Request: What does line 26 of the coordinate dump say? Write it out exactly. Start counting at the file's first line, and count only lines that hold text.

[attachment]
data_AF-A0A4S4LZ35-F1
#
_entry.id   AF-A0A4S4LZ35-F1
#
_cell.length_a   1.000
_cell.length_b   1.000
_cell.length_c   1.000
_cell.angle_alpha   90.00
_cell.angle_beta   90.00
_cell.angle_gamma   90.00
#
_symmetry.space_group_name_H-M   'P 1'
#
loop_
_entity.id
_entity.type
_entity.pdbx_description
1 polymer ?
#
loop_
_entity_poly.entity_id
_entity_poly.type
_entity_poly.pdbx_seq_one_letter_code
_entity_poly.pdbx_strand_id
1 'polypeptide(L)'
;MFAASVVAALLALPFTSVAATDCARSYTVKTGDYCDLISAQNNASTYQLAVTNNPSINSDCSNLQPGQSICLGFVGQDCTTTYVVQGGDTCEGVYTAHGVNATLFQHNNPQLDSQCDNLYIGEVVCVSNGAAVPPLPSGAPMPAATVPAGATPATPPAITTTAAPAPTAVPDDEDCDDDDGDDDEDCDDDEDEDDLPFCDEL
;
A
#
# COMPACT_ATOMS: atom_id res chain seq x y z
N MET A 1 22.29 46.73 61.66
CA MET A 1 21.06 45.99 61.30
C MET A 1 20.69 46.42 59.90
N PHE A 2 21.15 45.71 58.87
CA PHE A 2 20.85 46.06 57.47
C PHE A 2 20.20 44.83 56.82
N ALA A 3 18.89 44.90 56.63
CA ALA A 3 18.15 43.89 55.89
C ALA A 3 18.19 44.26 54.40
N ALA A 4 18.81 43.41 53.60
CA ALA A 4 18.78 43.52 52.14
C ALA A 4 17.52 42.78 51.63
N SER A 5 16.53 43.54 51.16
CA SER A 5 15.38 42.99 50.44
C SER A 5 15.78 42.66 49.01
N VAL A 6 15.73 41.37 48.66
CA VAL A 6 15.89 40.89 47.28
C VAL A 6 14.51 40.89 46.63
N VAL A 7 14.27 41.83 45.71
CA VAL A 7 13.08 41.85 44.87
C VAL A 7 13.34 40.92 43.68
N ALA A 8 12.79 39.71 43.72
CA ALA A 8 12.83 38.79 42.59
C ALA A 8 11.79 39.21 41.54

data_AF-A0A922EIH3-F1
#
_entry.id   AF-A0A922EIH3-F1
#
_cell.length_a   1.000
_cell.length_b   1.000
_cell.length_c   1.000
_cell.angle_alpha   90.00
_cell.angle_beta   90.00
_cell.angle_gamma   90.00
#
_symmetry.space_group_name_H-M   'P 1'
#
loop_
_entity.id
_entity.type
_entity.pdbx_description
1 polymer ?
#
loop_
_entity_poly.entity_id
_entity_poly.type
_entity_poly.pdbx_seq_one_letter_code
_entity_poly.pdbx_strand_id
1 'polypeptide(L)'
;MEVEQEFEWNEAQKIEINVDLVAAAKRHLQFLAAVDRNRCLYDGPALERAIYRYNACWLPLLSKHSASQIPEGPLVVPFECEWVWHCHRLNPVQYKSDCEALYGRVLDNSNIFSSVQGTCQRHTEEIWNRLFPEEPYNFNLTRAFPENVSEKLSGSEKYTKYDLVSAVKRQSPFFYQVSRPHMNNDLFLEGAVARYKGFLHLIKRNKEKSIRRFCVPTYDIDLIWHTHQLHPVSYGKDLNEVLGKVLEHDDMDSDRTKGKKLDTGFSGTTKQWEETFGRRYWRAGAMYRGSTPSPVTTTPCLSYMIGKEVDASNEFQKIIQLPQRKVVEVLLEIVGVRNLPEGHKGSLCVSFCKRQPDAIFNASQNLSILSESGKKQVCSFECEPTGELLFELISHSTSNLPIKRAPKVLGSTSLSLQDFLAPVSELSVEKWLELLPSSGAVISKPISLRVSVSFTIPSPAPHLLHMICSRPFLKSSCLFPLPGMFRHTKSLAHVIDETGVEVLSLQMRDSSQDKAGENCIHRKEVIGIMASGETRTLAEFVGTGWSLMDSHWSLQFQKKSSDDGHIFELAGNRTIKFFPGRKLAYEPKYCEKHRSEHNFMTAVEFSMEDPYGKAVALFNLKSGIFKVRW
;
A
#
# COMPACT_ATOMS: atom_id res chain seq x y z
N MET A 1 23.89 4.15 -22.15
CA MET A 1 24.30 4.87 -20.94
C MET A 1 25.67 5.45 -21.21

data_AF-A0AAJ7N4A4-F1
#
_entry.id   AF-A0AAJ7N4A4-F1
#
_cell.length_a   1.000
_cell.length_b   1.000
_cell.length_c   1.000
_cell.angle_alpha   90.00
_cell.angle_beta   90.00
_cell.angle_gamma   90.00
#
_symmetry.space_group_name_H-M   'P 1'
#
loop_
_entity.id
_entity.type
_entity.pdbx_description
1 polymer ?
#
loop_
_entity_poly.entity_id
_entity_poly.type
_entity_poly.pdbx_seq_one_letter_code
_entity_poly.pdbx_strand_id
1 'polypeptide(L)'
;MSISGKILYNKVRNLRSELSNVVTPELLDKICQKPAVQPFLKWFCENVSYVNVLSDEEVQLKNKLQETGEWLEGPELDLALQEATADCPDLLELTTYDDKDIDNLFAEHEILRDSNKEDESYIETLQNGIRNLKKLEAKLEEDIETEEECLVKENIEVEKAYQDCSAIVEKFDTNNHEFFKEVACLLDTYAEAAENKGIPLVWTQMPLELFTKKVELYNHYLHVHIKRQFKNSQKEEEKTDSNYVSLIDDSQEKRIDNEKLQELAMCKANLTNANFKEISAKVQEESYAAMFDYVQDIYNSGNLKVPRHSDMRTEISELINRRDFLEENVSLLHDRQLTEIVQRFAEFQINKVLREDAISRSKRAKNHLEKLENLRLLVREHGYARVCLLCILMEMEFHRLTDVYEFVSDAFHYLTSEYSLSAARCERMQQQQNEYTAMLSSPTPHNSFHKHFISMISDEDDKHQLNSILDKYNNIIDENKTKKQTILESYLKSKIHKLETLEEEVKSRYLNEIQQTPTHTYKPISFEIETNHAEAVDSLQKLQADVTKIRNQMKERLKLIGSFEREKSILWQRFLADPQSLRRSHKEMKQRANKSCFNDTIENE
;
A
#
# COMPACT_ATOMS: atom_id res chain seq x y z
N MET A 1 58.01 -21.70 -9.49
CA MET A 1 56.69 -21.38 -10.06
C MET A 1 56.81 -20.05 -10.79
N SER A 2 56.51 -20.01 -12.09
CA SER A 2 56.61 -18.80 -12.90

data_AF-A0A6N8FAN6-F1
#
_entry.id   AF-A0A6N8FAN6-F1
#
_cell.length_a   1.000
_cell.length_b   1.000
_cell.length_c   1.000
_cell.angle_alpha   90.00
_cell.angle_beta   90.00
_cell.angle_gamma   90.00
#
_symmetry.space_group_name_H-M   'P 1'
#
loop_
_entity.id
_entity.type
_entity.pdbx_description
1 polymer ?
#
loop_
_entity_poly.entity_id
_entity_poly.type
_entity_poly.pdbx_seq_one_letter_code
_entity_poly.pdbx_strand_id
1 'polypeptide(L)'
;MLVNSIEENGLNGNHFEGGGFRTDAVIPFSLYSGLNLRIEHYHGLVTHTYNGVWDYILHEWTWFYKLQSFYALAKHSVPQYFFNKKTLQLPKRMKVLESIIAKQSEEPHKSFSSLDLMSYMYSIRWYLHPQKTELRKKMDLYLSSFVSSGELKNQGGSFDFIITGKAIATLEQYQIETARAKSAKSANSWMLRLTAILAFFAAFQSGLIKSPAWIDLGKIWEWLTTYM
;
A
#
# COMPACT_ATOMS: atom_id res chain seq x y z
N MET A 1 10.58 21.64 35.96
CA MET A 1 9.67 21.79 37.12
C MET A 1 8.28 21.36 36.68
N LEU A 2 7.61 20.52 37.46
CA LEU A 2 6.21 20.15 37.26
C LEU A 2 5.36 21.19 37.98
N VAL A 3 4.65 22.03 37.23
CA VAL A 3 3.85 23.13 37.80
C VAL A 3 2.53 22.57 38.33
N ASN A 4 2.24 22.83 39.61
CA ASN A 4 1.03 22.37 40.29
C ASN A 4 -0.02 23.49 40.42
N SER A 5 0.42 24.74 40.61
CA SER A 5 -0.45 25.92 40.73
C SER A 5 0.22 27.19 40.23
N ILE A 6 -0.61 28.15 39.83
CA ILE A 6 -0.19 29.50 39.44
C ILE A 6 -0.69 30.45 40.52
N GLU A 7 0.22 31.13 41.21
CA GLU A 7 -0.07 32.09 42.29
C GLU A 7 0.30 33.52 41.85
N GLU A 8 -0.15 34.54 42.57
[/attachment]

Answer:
;MFAASVVAALLALPFTSVAATDCARSYTVKTGDYCDLISAQNNASTYQLAVTNNPSINSDCSNLQPGQSICLGFVGQDCTTTYVVQGGDTCEGVYTAHGVNATLFQHNNPQLDSQCDNLYIGEVVCVSNGAAVPPLPSGAPMPAATVPAGATPATPPAITTTAAPAPTAVPDDEDCDDDDGDDDEDCDDDEDEDDLPFCDEL